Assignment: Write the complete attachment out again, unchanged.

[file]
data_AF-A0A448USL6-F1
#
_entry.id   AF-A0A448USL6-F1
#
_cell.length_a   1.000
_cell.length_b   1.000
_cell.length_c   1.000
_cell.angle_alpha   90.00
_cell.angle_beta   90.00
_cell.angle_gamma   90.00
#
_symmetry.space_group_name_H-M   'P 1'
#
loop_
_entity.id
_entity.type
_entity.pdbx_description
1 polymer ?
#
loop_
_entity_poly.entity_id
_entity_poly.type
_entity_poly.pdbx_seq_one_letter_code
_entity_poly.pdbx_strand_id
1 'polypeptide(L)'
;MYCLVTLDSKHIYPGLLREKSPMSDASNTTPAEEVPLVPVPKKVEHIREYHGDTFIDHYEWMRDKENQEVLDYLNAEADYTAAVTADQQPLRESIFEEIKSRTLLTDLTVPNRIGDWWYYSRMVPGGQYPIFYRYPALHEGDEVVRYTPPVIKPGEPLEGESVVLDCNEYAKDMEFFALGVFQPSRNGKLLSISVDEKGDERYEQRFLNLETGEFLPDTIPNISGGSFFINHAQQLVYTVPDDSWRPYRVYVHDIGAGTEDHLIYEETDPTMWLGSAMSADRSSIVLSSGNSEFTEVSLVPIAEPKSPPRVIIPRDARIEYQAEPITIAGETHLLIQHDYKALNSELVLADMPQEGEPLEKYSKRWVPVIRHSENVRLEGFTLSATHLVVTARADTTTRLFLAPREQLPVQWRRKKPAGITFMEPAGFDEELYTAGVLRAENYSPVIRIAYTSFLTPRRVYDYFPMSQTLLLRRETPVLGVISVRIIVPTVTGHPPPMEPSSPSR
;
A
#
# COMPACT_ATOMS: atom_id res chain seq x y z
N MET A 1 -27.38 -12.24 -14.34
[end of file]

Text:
data_AF-A0A448USL6-F1
#
_entry.id   AF-A0A448USL6-F1
#
_cell.length_a   1.000
_cell.length_b   1.000
_cell.length_c   1.000
_cell.angle_alpha   90.00
_cell.angle_beta   90.00
_cell.angle_gamma   90.00
#
_symmetry.space_group_name_H-M   'P 1'
#
loop_
_entity.id
_entity.type
_entity.pdbx_description
1 polymer ?
#
loop_
_entity_poly.entity_id
_entity_poly.type
_entity_poly.pdbx_seq_one_letter_code
_entity_poly.pdbx_strand_id
1 'polypeptide(L)'
;MYCLVTLDSKHIYPGLLREKSPMSDASNTTPAEEVPLVPVPKKVEHIREYHGDTFIDHYEWMRDKENQEVLDYLNAEADYTAAVTADQQPLRESIFEEIKSRTLLTDLTVPNRIGDWWYYSRMVPGGQYPIFYRYPALHEGDEVVRYTPPVIKPGEPLEGESVVLDCNEYAKDMEFFALGVFQPSRNGKLLSISVDEKGDERYEQRFLNLETGEFLPDTIPNISGGSFFINHAQQLVYTVPDDSWRPYRVYVHDIGAGTEDHLIYEETDPTMWLGSAMSADRSSIVLSSGNSEFTEVSLVPIAEPKSPPRVIIPRDARIEYQAEPITIAGETHLLIQHDYKALNSELVLADMPQEGEPLEKYSKRWVPVIRHSENVRLEGFTLSATHLVVTARADTTTRLFLAPREQLPVQWRRKKPAGITFMEPAGFDEELYTAGVLRAENYSPVIRIAYTSFLTPRRVYDYFPMSQTLLLRRETPVLGVISVRIIVPTVTGHPPPMEPSSPSR
;
A
#
# COMPACT_ATOMS: atom_id res chain seq x y z
N MET A 1 -27.38 -12.24 -14.34